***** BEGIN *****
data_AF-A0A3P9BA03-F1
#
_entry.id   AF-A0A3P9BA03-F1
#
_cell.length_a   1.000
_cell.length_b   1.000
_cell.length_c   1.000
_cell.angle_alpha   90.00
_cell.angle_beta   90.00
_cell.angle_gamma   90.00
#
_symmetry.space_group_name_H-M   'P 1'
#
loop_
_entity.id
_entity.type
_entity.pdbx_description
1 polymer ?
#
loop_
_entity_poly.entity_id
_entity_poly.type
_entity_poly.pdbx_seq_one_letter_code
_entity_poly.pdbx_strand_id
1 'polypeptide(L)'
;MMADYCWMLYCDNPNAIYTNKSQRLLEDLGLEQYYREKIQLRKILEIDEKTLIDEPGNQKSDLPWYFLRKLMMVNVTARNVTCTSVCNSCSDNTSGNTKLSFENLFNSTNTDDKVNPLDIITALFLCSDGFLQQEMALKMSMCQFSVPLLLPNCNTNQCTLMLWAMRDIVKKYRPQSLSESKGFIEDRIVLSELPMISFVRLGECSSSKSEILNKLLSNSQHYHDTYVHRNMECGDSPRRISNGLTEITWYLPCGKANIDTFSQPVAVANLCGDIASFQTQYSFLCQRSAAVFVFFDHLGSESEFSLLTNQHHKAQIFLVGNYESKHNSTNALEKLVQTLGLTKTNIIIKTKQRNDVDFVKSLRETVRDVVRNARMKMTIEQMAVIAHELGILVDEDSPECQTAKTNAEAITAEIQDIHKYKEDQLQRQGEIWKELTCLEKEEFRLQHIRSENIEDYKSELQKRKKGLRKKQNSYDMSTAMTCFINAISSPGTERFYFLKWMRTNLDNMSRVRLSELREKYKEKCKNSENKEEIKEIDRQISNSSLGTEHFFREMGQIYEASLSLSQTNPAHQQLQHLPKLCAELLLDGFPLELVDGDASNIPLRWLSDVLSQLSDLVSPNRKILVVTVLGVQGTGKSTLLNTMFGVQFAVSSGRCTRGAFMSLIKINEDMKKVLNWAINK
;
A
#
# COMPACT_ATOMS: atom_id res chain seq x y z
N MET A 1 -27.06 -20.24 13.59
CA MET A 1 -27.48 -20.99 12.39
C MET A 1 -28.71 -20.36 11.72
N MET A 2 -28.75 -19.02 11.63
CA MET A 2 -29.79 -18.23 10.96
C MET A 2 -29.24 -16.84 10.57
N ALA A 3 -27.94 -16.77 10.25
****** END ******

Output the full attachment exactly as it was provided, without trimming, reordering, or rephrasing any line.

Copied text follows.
data_AF-A0A3P9BA03-F1
#
_entry.id   AF-A0A3P9BA03-F1
#
_cell.length_a   1.000
_cell.length_b   1.000
_cell.length_c   1.000
_cell.angle_alpha   90.00
_cell.angle_beta   90.00
_cell.angle_gamma   90.00
#
_symmetry.space_group_name_H-M   'P 1'
#
loop_
_entity.id
_entity.type
_entity.pdbx_description
1 polymer ?
#
loop_
_entity_poly.entity_id
_entity_poly.type
_entity_poly.pdbx_seq_one_letter_code
_entity_poly.pdbx_strand_id
1 'polypeptide(L)'
;MMADYCWMLYCDNPNAIYTNKSQRLLEDLGLEQYYREKIQLRKILEIDEKTLIDEPGNQKSDLPWYFLRKLMMVNVTARNVTCTSVCNSCSDNTSGNTKLSFENLFNSTNTDDKVNPLDIITALFLCSDGFLQQEMALKMSMCQFSVPLLLPNCNTNQCTLMLWAMRDIVKKYRPQSLSESKGFIEDRIVLSELPMISFVRLGECSSSKSEILNKLLSNSQHYHDTYVHRNMECGDSPRRISNGLTEITWYLPCGKANIDTFSQPVAVANLCGDIASFQTQYSFLCQRSAAVFVFFDHLGSESEFSLLTNQHHKAQIFLVGNYESKHNSTNALEKLVQTLGLTKTNIIIKTKQRNDVDFVKSLRETVRDVVRNARMKMTIEQMAVIAHELGILVDEDSPECQTAKTNAEAITAEIQDIHKYKEDQLQRQGEIWKELTCLEKEEFRLQHIRSENIEDYKSELQKRKKGLRKKQNSYDMSTAMTCFINAISSPGTERFYFLKWMRTNLDNMSRVRLSELREKYKEKCKNSENKEEIKEIDRQISNSSLGTEHFFREMGQIYEASLSLSQTNPAHQQLQHLPKLCAELLLDGFPLELVDGDASNIPLRWLSDVLSQLSDLVSPNRKILVVTVLGVQGTGKSTLLNTMFGVQFAVSSGRCTRGAFMSLIKINEDMKKVLNWAINK
;
A
#
# COMPACT_ATOMS: atom_id res chain seq x y z
N MET A 1 -27.06 -20.24 13.59
CA MET A 1 -27.48 -20.99 12.39
C MET A 1 -28.71 -20.36 11.72
N MET A 2 -28.75 -19.02 11.63
CA MET A 2 -29.79 -18.23 10.96
C MET A 2 -29.24 -16.84 10.57
N ALA A 3 -27.94 -16.77 10.25